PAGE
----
Tim Sharp, Associated Press
Adam "Pacman" Jones works out with the Dallas Cowboys in at the NFL team's training facility in Irving, Texas.

IRVING, Texas — Adam "Pacman" Jones had to wait more than a year to get back on the field. So when the suspended cornerback was finally cleared this month to practice with the Dallas Cowboys, he was ready.

"He's very serious. I think he understands that this is a big step for him this year," secondary coach Dave Campo said. "He's hungry. He wants to do good. He wants to play good."

Really, Jones just wants to play after missing all of the 2007 season while serving his NFL suspension that has not yet been completely lifted.

While Jones might have to wait until the week before the Cowboys' Sept. 7 opener to find out if commissioner Roger Goodell will let him play during the regular season, Jones is already trying to prove himself to the Cowboys, who acquired him from Tennessee in April.

So far, Jones has made a good impression.

"He's just an instinctive cornerback," receiver Patrick Crayton said. "He backpedals natural. He doesn't look nervous. ... Right now, he's just trying to get back in the groove."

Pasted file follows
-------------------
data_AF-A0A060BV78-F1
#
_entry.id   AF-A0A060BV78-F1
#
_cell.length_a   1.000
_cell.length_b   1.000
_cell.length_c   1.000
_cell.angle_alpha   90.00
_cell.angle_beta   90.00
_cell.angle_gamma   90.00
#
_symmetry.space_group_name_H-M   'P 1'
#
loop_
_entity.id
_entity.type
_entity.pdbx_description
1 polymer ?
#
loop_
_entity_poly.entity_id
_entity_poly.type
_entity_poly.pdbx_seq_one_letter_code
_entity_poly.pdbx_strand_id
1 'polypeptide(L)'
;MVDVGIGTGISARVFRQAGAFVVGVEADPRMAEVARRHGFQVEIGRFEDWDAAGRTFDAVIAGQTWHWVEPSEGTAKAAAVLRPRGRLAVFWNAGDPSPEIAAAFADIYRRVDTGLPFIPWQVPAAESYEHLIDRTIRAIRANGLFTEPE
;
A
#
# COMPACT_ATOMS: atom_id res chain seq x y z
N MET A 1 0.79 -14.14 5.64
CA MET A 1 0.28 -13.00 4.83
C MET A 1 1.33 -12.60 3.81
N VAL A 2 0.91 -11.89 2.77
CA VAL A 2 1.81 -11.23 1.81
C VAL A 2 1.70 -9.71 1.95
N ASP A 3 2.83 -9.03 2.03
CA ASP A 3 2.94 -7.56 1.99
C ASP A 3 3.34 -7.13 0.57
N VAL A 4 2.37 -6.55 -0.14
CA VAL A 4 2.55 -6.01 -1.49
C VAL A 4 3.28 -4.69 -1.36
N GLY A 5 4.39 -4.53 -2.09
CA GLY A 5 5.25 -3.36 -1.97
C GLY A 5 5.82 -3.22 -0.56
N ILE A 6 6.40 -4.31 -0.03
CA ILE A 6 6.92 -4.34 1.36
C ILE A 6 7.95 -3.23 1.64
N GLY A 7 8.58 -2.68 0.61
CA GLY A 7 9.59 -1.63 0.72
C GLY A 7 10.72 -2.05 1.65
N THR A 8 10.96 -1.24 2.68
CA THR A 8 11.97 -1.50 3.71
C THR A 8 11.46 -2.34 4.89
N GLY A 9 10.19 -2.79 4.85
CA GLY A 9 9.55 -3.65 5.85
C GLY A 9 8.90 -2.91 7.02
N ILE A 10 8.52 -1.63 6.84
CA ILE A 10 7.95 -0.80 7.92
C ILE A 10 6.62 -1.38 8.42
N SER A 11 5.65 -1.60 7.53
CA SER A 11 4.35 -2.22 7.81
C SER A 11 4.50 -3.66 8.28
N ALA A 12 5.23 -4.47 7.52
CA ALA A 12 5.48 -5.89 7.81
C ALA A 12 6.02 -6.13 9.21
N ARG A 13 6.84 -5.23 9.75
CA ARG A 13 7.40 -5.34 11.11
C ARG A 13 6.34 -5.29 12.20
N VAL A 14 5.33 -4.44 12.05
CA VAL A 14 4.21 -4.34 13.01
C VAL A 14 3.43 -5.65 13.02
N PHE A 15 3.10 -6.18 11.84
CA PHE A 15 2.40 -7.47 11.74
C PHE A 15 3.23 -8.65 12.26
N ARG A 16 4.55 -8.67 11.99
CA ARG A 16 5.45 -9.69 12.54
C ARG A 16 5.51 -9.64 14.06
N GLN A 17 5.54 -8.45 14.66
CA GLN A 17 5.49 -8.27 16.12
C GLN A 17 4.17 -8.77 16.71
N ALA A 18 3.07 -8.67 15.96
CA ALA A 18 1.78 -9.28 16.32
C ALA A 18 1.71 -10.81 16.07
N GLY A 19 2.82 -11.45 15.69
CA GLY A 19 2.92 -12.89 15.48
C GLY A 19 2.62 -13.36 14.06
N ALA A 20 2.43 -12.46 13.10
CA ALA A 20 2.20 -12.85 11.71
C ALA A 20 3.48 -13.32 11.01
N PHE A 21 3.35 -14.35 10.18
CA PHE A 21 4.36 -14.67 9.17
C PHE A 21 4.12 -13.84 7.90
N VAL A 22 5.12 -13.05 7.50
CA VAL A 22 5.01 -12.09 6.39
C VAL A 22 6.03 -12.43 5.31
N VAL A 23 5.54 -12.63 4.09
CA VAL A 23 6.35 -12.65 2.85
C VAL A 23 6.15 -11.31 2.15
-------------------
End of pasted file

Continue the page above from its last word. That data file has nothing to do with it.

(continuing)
In each of his first two practices two weeks ago, Jones had an interception that he returned toward the end zone. He took some snaps with the first-team defense during the team's only mandatory minicamp this week, which wrapped up Thursday without a practice session.

"Kind of what we thought. He works hard," coach Wade Phillips said. "I thought he was a competitor, but he is an extraordinary competitor. He really likes to mix it up out there and make every play."

Jones had told reporters that he'd talk Thursday after the end of the minicamp. But there was no media access after Phillips canceled the final scheduled practice.

Instead of practice, players, coaches and their families took part in a picnic and other family activities at the Valley Ranch facility. The family lunch was already planned, but players weren't told about the cancellation of practice until getting to their position meetings Thursday morning.